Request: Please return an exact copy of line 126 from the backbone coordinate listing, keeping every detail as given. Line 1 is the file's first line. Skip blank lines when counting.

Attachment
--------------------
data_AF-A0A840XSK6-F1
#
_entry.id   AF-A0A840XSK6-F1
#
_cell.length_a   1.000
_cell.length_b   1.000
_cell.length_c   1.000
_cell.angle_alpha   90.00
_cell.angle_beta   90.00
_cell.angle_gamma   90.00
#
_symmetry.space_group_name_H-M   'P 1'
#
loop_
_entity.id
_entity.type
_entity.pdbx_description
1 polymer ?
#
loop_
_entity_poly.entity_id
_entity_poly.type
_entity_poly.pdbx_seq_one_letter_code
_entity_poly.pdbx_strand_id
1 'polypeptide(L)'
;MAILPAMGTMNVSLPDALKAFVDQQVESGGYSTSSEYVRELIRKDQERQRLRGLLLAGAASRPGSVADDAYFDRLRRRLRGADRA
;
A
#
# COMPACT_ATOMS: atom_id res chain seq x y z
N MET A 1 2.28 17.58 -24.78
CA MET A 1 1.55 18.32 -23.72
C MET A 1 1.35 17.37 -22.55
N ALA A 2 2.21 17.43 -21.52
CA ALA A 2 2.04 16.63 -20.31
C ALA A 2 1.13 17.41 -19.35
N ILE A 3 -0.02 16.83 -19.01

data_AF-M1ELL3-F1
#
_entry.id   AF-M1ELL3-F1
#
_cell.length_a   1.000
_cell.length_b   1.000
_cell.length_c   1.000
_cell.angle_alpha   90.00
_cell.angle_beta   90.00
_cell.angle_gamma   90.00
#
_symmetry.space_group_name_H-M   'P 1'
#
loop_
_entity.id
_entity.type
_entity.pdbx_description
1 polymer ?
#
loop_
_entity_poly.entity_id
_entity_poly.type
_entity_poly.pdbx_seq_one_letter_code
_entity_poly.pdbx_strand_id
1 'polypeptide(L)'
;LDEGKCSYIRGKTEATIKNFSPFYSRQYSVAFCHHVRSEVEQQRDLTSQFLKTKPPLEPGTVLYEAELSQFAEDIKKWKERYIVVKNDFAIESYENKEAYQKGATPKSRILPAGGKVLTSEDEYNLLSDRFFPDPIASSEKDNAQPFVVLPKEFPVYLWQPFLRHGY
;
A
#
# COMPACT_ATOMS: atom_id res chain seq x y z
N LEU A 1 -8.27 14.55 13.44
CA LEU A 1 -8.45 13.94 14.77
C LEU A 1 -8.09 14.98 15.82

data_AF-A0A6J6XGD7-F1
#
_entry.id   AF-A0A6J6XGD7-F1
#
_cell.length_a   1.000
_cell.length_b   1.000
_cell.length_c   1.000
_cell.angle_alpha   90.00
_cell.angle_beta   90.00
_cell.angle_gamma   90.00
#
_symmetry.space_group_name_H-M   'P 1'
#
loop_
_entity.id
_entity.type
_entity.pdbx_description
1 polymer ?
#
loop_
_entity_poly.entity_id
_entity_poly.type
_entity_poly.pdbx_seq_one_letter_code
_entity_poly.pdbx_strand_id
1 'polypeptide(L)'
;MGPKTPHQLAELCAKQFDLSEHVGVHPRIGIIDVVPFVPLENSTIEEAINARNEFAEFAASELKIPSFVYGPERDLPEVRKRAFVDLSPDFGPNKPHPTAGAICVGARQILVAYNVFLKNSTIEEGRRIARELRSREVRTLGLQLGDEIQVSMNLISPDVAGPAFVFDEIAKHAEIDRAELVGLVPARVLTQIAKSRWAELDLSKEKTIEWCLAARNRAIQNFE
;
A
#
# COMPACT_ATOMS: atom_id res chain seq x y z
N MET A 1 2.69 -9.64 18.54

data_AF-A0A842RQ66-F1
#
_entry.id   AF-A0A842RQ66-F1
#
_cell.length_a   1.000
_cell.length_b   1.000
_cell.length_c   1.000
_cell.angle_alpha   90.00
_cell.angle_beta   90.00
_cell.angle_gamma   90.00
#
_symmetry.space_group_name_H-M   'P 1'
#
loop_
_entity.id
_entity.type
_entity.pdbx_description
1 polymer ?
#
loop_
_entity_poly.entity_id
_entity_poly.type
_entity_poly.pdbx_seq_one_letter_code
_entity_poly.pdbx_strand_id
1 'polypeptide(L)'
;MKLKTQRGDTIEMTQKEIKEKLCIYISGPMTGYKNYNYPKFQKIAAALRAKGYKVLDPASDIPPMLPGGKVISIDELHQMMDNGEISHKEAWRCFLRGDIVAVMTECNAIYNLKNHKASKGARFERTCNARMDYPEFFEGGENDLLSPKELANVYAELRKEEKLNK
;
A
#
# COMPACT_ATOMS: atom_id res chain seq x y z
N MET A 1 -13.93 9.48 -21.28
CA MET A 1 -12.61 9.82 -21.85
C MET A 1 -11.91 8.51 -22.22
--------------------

1 'polypeptide(L)'